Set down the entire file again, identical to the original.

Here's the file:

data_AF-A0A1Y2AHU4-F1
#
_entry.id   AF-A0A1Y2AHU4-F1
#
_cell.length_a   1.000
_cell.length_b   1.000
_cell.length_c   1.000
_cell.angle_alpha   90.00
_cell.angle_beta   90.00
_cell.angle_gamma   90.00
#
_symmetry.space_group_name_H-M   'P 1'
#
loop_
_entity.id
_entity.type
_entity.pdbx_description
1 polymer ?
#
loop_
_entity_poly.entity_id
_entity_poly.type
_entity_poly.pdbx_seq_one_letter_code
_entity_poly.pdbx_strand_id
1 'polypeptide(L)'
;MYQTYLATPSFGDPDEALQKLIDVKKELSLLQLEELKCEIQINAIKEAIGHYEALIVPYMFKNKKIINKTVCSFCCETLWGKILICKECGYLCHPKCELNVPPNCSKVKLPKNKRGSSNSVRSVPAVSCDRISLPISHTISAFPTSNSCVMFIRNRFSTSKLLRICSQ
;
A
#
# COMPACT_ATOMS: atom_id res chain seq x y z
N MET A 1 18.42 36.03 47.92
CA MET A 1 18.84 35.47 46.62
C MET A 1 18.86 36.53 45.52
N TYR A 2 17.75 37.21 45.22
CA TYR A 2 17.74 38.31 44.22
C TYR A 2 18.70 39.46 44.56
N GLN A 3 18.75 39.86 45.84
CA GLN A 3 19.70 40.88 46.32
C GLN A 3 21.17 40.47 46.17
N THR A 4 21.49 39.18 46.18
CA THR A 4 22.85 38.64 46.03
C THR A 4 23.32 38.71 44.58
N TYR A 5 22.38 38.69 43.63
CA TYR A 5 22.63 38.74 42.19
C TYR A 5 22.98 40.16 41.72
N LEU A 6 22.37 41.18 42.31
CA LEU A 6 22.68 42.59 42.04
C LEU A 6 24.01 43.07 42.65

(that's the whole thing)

data_AF-A0A1Y2AHU4-F1
#
_entry.id   AF-A0A1Y2AHU4-F1
#
_cell.length_a   1.000
_cell.length_b   1.000
_cell.length_c   1.000
_cell.angle_alpha   90.00
_cell.angle_beta   90.00
_cell.angle_gamma   90.00
#
_symmetry.space_group_name_H-M   'P 1'
#
loop_
_entity.id
_entity.type
_entity.pdbx_description
1 polymer ?
#
loop_
_entity_poly.entity_id
_entity_poly.type
_entity_poly.pdbx_seq_one_letter_code
_entity_poly.pdbx_strand_id
1 'polypeptide(L)'
;MYQTYLATPSFGDPDEALQKLIDVKKELSLLQLEELKCEIQINAIKEAIGHYEALIVPYMFKNKKIINKTVCSFCCETLWGKILICKECGYLCHPKCELNVPPNCSKVKLPKNKRGSSNSVRSVPAVSCDRISLPISHTISAFPTSNSCVMFIRNRFSTSKLLRICSQ
;
A
#
# COMPACT_ATOMS: atom_id res chain seq x y z
N MET A 1 18.42 36.03 47.92
CA MET A 1 18.84 35.47 46.62
C MET A 1 18.86 36.53 45.52
N TYR A 2 17.75 37.21 45.22
CA TYR A 2 17.74 38.31 44.22
C TYR A 2 18.70 39.46 44.56
N GLN A 3 18.75 39.86 45.84
CA GLN A 3 19.70 40.88 46.32
C GLN A 3 21.17 40.47 46.17
N THR A 4 21.49 39.18 46.18
CA THR A 4 22.85 38.64 46.03
C THR A 4 23.32 38.71 44.58
N TYR A 5 22.38 38.69 43.63
CA TYR A 5 22.63 38.74 42.19
C TYR A 5 22.98 40.16 41.72
N LEU A 6 22.37 41.18 42.31
CA LEU A 6 22.68 42.59 42.04
C LEU A 6 24.01 43.07 42.65